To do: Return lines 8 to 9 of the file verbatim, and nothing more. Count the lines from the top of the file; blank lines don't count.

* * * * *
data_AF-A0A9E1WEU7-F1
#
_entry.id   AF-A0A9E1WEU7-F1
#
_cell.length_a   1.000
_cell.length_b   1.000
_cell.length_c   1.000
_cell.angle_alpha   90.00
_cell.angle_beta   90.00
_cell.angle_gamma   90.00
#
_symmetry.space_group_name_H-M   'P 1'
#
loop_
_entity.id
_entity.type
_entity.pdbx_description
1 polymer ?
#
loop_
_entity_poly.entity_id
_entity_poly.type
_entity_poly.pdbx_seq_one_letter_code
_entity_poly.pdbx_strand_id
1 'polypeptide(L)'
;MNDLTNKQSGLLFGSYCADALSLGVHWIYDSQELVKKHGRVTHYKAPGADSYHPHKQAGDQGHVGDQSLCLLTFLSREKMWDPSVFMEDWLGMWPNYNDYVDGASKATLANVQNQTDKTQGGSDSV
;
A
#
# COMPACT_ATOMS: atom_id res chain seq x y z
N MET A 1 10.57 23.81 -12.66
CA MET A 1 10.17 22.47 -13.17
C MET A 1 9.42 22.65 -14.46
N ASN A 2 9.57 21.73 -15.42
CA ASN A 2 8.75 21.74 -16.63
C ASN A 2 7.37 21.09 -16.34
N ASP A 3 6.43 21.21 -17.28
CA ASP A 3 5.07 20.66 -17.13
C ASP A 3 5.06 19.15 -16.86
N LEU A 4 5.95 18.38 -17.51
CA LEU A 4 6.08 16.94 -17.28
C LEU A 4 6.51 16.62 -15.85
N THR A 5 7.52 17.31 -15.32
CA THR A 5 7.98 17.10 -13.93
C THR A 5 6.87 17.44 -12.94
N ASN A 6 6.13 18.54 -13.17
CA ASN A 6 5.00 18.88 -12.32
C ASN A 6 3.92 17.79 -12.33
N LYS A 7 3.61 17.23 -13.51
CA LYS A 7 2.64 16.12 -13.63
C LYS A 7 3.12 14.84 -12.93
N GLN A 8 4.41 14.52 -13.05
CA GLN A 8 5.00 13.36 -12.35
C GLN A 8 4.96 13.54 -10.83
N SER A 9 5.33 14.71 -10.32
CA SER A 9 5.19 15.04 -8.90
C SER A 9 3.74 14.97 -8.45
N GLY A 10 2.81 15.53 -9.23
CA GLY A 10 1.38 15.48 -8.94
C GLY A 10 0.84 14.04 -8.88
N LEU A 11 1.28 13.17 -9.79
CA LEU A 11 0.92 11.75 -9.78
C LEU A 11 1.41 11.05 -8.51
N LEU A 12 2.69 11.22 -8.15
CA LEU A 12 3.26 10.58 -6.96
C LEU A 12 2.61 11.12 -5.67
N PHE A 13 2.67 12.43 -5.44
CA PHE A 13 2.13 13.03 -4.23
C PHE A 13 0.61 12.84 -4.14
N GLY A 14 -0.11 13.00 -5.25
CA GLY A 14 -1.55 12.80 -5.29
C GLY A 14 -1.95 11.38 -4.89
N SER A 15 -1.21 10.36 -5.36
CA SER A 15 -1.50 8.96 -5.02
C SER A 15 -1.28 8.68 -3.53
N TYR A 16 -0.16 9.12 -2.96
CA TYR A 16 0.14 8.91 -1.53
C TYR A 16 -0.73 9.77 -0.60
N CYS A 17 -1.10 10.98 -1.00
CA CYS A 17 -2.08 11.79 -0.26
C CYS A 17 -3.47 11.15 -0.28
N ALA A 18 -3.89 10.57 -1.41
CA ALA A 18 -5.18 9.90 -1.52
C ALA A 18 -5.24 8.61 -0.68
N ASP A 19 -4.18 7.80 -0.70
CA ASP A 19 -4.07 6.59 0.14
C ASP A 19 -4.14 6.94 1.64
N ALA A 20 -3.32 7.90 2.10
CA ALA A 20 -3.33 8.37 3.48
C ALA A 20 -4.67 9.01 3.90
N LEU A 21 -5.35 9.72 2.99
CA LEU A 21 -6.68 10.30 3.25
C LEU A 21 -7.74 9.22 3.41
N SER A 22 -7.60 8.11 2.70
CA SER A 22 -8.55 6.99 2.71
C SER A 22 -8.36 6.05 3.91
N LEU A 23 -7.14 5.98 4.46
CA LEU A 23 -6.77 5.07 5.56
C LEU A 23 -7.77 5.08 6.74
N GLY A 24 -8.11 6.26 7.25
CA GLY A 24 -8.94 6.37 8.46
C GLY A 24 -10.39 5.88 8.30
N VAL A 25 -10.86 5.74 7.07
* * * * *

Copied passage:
_cell.angle_alpha   90.00
_cell.angle_beta   90.00